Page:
dc.descriptionBiomarkers of exposure & effect:: validationBiomarker: PhIPExposure/effect represented: PhIP/ G/C-T/A transversions Study type (in vitro, animals, humans): C57B1/6 miceMode of exposure (if in vivo) (acute, chronic, root of exposure): i.p. injectionsTissue/biological material/sample size: 4μm of tissuesDose-response: In Mlh1K/K mice, PhIP exposure increased the incidence of ACF from 31% (5/16) to 87% (13/15) (PZ0.003) and the average frequency of ACF from 0.4G0.2 to 2.7G0.6 (P! 0.0001)The PhIP-induced frequency of ACF in wild-type littermates was 0.6 per mouse (0.7G0.3-0.1G0.07; PZ0.04), associated with a corresponding increase in incidence from 7% (1/15) to 45% (5/11) (PZ0.05)The vehicle-treated Mlh1K/K mice also had an observed higher incidence (31 versus 7%; PZ0.17) and average frequency of ACF (0.4G0.2 versus 0.1G0.07; P! 0.08) than vehicle-treated. KEYWORDS CLASSIFICATION: Animals;chemically induced;Carcinogens;Carrier Proteins;Colon;Colonic Neoplasms;drug effects;dietary modulation of cancer & cancer biomarkers;DNA Mismatch Repair;DNA,Neoplasm;genetics;Hematologic Neoplasms;Imidazoles;Incidence;mechanisms of carcinogenesis;Mice;Mice,Knockout;Nuclear Proteins;pathology;physiology;Precancerous Conditions;Proteins;Research;Survival Rate;toxicity;Toxicology.en
dc.description.abstractDisruption of the DNA mismatch repair (MMR) pathway results in elevated mutation rates, inappropriate survival of cells bearing DNA damage, and increased cancer risk. Relatively little is known about the impact of environmentally relevant carcinogens on cancer risk in individuals with MMR-deficiency. We evaluated the effect of MMR status (Mlh1(+/+) versus Mlh1(-/-)) on the carcinogenic potential of the cooked-meat mutagen, 2-amino-1-methyl-6-phenylimidazo [4,5-b] pyridine (PhIP) in mice. PhIP exposure did not obviously increase lymphoma or small intestinal tumorigenesis in either Mlh1-deficient or -proficient mice. In contrast, the frequency of aberrant crypt foci (ACF), a preneoplastic biomarker for colon tumorigenesis, was increased by PhIP, and the increase due to PhIP was significantly greater in Mlh1(-/-) versus wild-type littermates. This apparent heightened susceptibility to induction of ACF parallels the previously reported hypermutability of Mlh1-deficient mice to PhIP and is consistent with the hypothesis that MMR-deficiency would increase the likelihood of PhIP-induced carcinogenic mutations. Further evaluation of the risk that consumption of heterocyclic amines may impart to MMR-deficient individuals therefore is warranted.en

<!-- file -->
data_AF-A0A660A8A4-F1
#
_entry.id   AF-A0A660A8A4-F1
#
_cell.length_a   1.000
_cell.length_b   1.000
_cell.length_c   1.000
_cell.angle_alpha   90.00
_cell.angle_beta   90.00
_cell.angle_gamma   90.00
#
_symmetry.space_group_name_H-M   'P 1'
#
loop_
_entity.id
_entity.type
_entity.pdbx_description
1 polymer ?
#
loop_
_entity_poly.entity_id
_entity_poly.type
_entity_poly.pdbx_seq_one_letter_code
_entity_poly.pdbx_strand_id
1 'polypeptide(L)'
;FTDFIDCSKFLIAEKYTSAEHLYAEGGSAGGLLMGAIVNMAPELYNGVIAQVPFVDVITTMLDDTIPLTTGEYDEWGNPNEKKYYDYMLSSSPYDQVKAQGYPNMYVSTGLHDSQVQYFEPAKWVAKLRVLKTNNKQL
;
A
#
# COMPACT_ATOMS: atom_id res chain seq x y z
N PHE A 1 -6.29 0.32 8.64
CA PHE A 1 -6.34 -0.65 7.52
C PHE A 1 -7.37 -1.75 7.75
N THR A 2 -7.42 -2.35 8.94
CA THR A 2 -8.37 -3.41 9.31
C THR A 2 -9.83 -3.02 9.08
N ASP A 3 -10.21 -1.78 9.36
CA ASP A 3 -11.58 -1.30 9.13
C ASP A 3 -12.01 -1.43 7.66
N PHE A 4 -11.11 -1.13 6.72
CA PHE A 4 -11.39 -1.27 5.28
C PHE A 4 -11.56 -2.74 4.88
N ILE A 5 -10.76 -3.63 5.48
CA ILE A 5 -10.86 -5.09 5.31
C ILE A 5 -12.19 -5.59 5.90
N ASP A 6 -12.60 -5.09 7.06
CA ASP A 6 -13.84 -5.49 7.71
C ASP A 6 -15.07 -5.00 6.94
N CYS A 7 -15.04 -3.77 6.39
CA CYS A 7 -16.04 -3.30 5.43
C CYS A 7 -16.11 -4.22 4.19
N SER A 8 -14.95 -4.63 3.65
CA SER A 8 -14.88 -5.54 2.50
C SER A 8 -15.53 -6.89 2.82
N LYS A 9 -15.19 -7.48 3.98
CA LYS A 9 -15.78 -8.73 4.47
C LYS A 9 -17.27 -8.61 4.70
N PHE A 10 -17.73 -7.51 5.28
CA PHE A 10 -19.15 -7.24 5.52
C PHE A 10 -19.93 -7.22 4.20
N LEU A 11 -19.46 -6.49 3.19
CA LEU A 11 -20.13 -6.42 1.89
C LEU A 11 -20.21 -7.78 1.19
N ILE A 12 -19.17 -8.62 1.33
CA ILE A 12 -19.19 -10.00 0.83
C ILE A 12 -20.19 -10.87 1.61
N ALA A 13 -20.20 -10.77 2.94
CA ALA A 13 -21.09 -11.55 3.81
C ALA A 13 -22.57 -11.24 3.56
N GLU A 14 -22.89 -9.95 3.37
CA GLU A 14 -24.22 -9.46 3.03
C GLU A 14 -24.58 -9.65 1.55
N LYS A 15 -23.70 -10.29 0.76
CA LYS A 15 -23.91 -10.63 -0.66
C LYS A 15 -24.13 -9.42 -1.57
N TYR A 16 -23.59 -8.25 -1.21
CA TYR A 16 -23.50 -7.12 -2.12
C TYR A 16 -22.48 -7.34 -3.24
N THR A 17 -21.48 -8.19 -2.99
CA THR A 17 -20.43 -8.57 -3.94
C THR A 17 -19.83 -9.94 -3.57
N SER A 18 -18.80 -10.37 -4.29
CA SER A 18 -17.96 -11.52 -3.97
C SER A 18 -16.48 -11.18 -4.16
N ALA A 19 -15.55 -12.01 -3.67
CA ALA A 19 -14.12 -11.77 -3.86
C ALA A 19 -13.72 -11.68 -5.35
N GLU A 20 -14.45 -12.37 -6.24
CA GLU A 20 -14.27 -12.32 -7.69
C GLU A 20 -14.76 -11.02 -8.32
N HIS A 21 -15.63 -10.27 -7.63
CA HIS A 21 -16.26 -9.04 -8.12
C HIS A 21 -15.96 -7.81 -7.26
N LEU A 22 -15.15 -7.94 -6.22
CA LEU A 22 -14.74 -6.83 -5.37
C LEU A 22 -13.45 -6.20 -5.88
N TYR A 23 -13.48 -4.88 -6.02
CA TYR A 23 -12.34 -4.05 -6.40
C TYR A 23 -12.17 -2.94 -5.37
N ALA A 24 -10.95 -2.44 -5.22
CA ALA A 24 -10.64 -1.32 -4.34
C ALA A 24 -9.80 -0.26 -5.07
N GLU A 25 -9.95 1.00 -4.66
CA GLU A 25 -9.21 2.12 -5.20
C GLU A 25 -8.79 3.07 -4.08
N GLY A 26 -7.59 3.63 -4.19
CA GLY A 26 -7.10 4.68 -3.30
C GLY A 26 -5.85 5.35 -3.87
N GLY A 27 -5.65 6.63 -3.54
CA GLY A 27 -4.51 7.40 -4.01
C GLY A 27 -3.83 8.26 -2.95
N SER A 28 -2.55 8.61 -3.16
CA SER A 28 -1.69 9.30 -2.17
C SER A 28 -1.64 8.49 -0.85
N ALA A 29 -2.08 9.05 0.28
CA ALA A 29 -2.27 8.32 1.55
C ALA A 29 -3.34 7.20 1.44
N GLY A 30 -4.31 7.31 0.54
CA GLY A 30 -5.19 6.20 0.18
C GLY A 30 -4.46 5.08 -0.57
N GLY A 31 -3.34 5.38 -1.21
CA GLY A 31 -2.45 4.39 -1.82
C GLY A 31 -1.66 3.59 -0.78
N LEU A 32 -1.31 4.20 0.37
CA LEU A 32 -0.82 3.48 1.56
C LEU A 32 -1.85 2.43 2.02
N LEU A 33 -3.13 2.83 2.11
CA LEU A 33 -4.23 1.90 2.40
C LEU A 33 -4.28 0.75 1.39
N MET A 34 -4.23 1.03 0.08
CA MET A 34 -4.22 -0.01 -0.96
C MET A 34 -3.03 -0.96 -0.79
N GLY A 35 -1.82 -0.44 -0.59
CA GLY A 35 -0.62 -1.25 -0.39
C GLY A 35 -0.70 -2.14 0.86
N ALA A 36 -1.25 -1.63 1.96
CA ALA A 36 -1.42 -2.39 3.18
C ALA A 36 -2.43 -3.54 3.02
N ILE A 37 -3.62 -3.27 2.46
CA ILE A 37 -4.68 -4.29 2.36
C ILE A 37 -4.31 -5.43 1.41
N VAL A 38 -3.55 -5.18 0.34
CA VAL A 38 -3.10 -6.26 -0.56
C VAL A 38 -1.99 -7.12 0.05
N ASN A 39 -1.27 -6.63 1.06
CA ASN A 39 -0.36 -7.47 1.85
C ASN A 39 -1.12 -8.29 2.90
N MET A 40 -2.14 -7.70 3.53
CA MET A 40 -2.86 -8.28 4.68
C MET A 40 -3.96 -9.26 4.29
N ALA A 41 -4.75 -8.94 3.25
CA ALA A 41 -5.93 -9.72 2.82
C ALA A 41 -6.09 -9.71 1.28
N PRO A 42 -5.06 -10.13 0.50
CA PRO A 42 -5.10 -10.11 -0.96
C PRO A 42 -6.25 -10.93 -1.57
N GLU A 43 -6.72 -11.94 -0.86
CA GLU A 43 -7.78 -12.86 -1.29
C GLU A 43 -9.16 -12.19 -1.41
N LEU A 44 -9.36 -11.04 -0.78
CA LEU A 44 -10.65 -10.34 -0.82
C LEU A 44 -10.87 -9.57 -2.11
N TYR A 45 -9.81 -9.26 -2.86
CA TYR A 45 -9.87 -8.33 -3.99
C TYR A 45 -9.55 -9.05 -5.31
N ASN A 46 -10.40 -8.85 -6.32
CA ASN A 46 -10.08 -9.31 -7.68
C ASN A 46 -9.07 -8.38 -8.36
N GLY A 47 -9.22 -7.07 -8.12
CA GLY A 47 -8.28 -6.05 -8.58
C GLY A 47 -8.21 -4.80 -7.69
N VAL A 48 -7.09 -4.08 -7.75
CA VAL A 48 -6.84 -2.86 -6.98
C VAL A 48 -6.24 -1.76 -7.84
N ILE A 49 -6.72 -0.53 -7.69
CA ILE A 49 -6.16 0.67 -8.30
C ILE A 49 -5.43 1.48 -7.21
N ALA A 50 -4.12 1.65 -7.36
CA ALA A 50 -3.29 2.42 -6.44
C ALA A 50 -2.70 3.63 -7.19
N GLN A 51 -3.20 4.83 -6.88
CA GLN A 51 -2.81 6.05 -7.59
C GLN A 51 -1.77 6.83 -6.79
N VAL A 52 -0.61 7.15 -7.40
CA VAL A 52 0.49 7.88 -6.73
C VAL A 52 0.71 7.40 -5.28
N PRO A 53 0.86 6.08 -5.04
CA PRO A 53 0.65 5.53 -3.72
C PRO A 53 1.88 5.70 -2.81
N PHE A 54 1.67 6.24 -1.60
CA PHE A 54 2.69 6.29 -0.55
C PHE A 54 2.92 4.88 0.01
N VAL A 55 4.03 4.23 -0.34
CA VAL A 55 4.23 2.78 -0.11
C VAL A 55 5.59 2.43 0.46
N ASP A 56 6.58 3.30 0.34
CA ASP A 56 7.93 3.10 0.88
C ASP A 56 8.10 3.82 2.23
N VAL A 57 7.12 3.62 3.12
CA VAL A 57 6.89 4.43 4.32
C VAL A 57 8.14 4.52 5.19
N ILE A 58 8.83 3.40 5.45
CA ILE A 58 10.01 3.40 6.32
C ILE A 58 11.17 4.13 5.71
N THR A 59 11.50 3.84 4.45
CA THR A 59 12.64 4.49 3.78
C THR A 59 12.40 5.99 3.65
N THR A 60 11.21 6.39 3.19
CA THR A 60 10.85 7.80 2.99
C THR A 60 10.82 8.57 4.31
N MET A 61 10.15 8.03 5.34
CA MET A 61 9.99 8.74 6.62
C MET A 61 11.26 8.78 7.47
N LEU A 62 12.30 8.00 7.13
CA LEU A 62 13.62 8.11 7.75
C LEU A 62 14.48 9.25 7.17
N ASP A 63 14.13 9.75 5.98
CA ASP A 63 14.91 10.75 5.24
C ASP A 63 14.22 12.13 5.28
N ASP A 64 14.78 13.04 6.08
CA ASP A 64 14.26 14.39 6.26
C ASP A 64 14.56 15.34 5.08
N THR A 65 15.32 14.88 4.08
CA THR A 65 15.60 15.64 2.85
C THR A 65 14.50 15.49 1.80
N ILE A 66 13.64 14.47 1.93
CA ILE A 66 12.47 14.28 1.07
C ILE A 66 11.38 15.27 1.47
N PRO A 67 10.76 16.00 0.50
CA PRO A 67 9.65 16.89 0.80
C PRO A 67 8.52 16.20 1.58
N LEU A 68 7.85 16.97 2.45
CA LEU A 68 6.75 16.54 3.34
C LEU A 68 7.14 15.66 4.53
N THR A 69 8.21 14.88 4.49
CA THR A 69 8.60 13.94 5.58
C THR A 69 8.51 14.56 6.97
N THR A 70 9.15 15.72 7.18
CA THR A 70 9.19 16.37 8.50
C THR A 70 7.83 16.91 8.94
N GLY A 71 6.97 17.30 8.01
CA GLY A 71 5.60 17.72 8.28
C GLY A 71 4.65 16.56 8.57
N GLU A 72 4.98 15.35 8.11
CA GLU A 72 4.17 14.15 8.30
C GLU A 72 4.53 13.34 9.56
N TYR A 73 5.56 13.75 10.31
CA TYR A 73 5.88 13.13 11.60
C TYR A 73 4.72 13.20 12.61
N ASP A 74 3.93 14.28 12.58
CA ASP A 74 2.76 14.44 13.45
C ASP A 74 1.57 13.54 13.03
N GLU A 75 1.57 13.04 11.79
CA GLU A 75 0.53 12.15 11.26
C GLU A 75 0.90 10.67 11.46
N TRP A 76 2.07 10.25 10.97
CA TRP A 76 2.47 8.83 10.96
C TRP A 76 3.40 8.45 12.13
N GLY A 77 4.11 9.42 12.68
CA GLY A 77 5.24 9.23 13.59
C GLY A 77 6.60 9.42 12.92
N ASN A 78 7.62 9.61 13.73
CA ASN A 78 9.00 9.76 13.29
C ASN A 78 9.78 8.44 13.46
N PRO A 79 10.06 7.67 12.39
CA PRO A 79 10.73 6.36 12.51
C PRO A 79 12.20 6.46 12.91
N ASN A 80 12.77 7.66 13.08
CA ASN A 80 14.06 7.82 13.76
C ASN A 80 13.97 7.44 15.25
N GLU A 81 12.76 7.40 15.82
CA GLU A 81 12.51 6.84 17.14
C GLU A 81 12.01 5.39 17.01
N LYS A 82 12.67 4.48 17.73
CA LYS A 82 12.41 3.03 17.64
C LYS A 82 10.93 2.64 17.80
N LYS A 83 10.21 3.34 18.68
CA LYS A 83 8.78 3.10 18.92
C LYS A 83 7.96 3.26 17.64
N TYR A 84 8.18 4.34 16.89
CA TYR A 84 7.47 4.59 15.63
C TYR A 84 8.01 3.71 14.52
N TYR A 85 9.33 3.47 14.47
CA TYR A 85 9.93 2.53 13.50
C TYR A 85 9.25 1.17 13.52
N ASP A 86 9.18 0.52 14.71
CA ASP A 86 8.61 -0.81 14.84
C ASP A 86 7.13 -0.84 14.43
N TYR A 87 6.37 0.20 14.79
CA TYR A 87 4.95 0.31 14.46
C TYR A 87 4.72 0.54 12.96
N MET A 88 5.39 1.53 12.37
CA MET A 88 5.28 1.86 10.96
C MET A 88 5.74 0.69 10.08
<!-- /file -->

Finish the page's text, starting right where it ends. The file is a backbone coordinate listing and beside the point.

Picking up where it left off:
dc.language.isoenen
dc.relation.urlhttp://www.cancerletters.info/article/S0304-3835(05)01051-7/abstracten
dc.subjectDNA mismatch repairen
dc.subjectMlh1en
dc.subjectPhIPen
dc.subjectCarcinogenesisen
dc.subjectColonen
dc.subjectAberrant crypt focien
dc.subjectColorectal canceren
dc.subjectLynch syndromeen
dc.subjectDiet and canceren
dc.subject.meshAdaptor Proteins, Signal Transducing-
dc.subject.meshAnimals-
dc.subject.meshCarcinogens-
dc.subject.meshCarrier Proteins-
dc.subject.meshColon-
dc.subject.meshColonic Neoplasms-
dc.subject.meshDNA Mismatch Repair-
dc.subject.meshDNA, Neoplasm-
dc.subject.meshHematologic Neoplasms-
dc.subject.meshImidazoles-
dc.subject.meshIncidence-
dc.subject.meshMice-
dc.subject.meshMice, Knockout-
dc.subject.meshNuclear Proteins-
dc.subject.meshPrecancerous Conditions-
dc.subject.meshSurvival Rate-
dc.titleInduction of aberrant crypt foci in DNA mismatch repair-deficient mice by the food-borne carcinogen 2-amino-1-methyl-6-phenylimidazo [4,5-b] pyridine (PhIP).en
dc.typeArticleen
dc.identifier.journalCancer lettersen